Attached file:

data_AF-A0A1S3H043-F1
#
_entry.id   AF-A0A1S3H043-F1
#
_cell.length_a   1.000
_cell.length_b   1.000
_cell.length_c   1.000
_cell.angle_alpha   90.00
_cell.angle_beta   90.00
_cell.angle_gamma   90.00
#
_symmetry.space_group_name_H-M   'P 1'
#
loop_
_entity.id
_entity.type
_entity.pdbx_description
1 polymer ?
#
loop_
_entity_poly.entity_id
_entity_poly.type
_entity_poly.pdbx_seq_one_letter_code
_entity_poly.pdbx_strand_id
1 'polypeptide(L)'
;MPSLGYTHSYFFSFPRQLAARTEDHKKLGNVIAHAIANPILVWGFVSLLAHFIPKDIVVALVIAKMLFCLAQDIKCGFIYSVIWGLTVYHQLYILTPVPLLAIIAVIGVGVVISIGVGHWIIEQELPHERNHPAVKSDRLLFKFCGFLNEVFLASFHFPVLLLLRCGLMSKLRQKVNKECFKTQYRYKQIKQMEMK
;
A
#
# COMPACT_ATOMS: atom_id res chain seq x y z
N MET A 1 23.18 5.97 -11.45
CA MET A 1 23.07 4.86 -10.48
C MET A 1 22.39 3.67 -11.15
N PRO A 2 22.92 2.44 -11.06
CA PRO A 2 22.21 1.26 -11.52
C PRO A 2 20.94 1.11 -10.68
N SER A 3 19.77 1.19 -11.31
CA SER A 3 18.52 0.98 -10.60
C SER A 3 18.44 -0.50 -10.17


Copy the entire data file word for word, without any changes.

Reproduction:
data_AF-A0A1S3H043-F1
#
_entry.id   AF-A0A1S3H043-F1
#
_cell.length_a   1.000
_cell.length_b   1.000
_cell.length_c   1.000
_cell.angle_alpha   90.00
_cell.angle_beta   90.00
_cell.angle_gamma   90.00
#
_symmetry.space_group_name_H-M   'P 1'
#
loop_
_entity.id
_entity.type
_entity.pdbx_description
1 polymer ?
#
loop_
_entity_poly.entity_id
_entity_poly.type
_entity_poly.pdbx_seq_one_letter_code
_entity_poly.pdbx_strand_id
1 'polypeptide(L)'
;MPSLGYTHSYFFSFPRQLAARTEDHKKLGNVIAHAIANPILVWGFVSLLAHFIPKDIVVALVIAKMLFCLAQDIKCGFIYSVIWGLTVYHQLYILTPVPLLAIIAVIGVGVVISIGVGHWIIEQELPHERNHPAVKSDRLLFKFCGFLNEVFLASFHFPVLLLLRCGLMSKLRQKVNKECFKTQYRYKQIKQMEMK
;
A
#
# COMPACT_ATOMS: atom_id res chain seq x y z
N MET A 1 23.18 5.97 -11.45
CA MET A 1 23.07 4.86 -10.48
C MET A 1 22.39 3.67 -11.15
N PRO A 2 22.92 2.44 -11.06
CA PRO A 2 22.21 1.26 -11.52
C PRO A 2 20.94 1.11 -10.68
N SER A 3 19.77 1.19 -11.31
CA SER A 3 18.52 0.98 -10.60
C SER A 3 18.44 -0.50 -10.17